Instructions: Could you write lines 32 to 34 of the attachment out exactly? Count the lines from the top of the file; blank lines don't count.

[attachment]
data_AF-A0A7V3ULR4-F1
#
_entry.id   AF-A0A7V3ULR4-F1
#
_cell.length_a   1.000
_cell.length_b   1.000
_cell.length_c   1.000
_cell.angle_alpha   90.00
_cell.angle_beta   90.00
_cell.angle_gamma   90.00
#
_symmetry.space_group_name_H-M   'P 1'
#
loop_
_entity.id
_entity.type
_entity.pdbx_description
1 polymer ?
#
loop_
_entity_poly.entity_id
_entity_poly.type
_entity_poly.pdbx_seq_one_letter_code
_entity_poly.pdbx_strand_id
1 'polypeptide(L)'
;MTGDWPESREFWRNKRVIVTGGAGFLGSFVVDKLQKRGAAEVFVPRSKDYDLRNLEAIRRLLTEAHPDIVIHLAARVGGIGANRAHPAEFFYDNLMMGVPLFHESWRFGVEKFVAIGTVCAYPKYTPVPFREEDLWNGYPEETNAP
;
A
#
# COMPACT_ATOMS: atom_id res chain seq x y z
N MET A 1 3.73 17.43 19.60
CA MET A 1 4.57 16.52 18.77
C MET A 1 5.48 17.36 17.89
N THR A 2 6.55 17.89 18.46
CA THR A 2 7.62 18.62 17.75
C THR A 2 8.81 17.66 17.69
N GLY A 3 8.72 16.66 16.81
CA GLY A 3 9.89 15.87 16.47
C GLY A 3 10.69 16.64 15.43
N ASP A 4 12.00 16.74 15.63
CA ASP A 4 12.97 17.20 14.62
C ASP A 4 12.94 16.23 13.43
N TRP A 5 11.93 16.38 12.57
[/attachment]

CA MET A 1 4.57 16.52 18.77
C MET A 1 5.48 17.36 17.89
N THR A 2 6.55 17.89 18.46